Introduction
Georges-Pierre Seurat (UK: SUR-ah, -⁠uh, US: suu-RAH, French: [ʒɔʁʒ pjɛʁ sœʁa]; 2 December 1859 – 29 March 1891) was a French post-Impressionist artist. He is best known for devising the painting techniques known as chromoluminarism as well as pointillism. While less famous than his paintings, his conté crayon drawings have also garnered a great deal of critical appreciation. Seurat's artistic personality was compounded of qualities which are usually supposed to be opposed and incompatible: on the one hand, his extreme and delicate sensibility, on the other, a passion for logical abstraction and an almost mathematical precision of mind. His large-scale work, A Sunday Afternoon on the Island of La Grande Jatte (1884–1886), altered the direction of modern art by initiating Neo-impressionism, and is one of the icons of late 19th-century painting.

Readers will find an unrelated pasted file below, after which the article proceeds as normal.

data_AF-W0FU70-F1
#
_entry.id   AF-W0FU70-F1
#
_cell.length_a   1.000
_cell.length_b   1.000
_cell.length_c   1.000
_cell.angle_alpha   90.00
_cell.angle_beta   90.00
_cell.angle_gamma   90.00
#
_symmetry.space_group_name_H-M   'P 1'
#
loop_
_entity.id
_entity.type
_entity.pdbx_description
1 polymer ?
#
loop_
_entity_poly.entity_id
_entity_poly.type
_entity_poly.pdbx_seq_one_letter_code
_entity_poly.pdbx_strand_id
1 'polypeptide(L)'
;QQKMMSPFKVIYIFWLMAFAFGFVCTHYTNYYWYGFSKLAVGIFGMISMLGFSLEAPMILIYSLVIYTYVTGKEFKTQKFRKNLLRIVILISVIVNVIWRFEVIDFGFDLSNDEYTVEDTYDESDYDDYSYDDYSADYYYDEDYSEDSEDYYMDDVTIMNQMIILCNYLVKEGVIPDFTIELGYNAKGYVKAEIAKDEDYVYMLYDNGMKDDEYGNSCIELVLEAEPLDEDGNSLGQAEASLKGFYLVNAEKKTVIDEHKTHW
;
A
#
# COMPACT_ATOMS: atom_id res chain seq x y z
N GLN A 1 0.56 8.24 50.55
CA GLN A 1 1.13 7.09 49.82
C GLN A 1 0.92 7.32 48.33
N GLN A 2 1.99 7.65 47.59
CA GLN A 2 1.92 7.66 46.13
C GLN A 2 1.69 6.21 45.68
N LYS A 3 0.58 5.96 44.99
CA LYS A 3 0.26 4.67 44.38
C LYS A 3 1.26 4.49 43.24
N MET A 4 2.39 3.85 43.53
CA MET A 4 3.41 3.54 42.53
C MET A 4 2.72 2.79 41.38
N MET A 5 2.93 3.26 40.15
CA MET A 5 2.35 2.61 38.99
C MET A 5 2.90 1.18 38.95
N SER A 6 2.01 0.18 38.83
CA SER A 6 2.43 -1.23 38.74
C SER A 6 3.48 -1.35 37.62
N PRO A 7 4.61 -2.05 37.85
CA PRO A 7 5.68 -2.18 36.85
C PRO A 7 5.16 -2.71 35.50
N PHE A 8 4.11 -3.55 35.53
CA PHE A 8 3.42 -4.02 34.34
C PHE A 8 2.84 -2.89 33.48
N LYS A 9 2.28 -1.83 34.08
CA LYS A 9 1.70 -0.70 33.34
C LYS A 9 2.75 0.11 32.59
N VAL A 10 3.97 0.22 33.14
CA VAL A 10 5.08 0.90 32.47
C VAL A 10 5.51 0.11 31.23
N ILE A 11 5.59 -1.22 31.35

Wikidata
Q34013
Information from Wikipedia, made available under the Creative Commons Attribution-ShareAlike License
Introduction
French Post-Impressionist painter credited with the invention of Neo-Impressionism. He attempted to apply aspects of color theory and the psychology of perception to his landscapes and genre scenes. His most famous painting is 'A Sunday on the Grand Jatte', which uses the technique of pointillism to depict light and shapes. French painter. Comment on works: Landscapes
Nationality
French
Gender
Male
Roles
Artist, Genre Artist, Painter
Names
Georges Seurat, Georges Pierre Seurat, Georges-Pierre Seurat, Zhorzh Sera, Hsiu-la, ז׳ורז׳ סרא, George Pierre Seurat, georges seurat
Ulan
500008873
Information from Getty’s Union List of Artist Names ® (ULAN), made available under the ODC Attribution License

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